As you may already know, I have the privilege of being a motivational speaker in public schools through Hello Mr. Brown and the Choose Well program. I get to do assemblies and classroom visits and sometimes some one-on-one mentoring, but my favorite is small group talks. I often end up talking with a group of boys about how to make good choices and have self-control. I often tell them this: if you don’t control yourself, someone will have to control you for you.
This relates to our verse today. Proverbs 25:28 – “A man without self-control is like a city broken into and left without walls.” We often tend to be very impulsive. We think something and we do it; we think it, and we do it. We don’t think about the consequences until later. So when I speak to kids, I try to encourage them to think about the consequences before hand. It’s kind of like playing chess: you need to strategize, understand what your opponent’s future moves might be, and most importantly, plan your own next moves carefully.
Let’s go back to the idea that if you don’t control yourself, someone else will have to control you for you. When I’m talking to kids, I often use the example of people in prison. For those who are in prison justly, who did something wrong and earned the consequence, it’s likely that they are there because they suffered from a lack of self-control and did something they shouldn’t have done. Therefore, someone else now controls them; someone tells them what they can and cannot do. But we should be people of self-control.
I also use this illustration with students: pretend when you get home one day that the walls of your home are gone. Everything else is still there and in place, but the walls are gone. What would happen to your stuff? It would get wet, it might get stolen, and you might not be able to sleep well at night for fear.
In the Bible, we read about cities with walls around them; they were there for protection. Like Jericho. God instructed Joshua to march around the wall and then it crumbled so they could go in and attack. So what I’m getting from this verse is that, like city walls protect cities, self-control protects us. Being able to control your impulses keeps you from giving your strength away to others when you give in to a lack of self-control.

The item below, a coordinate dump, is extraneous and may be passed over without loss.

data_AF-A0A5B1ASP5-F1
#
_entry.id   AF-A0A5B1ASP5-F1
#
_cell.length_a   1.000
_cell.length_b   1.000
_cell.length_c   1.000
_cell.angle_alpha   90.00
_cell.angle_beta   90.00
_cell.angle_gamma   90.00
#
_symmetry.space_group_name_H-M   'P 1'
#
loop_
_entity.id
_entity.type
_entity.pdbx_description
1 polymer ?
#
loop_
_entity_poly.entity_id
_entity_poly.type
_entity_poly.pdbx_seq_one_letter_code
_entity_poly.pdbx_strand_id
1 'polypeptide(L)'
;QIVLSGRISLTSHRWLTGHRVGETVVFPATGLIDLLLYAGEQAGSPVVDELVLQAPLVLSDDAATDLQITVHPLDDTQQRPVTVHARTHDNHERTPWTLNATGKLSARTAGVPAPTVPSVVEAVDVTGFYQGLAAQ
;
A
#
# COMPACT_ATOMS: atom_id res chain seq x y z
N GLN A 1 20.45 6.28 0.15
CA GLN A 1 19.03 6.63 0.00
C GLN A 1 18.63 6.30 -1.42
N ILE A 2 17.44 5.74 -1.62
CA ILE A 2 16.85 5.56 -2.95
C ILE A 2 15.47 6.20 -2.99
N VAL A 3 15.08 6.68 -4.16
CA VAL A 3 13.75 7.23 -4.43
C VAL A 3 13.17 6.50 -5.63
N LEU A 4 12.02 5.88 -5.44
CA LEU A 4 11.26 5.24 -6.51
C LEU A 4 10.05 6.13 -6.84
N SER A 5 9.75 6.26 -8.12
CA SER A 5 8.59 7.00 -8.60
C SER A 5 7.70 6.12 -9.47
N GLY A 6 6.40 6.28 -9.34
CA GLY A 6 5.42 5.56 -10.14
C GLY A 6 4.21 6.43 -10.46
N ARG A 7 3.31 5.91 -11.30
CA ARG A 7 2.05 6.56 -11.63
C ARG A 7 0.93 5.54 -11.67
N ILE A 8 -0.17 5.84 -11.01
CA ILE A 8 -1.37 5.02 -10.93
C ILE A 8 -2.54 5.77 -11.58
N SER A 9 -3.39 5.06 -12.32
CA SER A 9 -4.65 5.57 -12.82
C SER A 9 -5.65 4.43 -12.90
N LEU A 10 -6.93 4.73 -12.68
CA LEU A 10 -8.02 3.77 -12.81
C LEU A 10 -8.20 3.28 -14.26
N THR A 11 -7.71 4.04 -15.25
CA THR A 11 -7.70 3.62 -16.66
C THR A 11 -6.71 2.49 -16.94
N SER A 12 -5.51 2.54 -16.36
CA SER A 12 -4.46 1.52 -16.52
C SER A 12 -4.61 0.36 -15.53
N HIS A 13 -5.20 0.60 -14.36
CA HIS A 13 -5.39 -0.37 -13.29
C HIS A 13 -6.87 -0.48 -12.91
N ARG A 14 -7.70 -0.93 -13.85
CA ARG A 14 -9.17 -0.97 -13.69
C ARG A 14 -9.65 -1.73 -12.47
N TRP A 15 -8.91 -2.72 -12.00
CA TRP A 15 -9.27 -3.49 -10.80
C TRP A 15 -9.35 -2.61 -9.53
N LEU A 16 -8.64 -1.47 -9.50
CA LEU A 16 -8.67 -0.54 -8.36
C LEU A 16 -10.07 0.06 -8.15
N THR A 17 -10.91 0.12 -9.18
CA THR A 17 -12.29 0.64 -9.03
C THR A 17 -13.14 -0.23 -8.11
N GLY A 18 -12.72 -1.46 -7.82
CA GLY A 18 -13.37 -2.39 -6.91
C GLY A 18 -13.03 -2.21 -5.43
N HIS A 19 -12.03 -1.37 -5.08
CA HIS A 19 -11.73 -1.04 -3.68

I think of the issue of gun-control. I know this is a difficult and controversial topic, and there are a lot of grieving people as a result of school shootings and whatnot. But if we look only at the guns themselves, we won’t get anywhere, because deeper down, this is an issue of the heart, and of self-control. We should have self-control in the kinds of media we consume related to this; it affects how we think whether we like it or not.
The point is this: what we consume will one day consume us. What we allow into our minds through our eyes and our ears impacts the way we live our lives. We have to have self-control not only in what we do outwardly, but also in what we do inwardly, or privately.
The bottom line is that we learn to have some self-control. We also need to learn a little about delayed gratification. We can’t always have what we want immediately. This is especially important for children. They need to learn how to accept no as an answer so that when they get yes as an answer, they have the capacity to accept it. Teaching our kids to handle “no” well is a great way to teach them self-control. It’s okay to be sad or disappointed, but not to blow up in anger.
Here’s our verse of the day one more time: “A man without self-control is like a city broken into and left without walls,” (Prov 25:28). Make sure you have the wall of protection in your life that is self-control.
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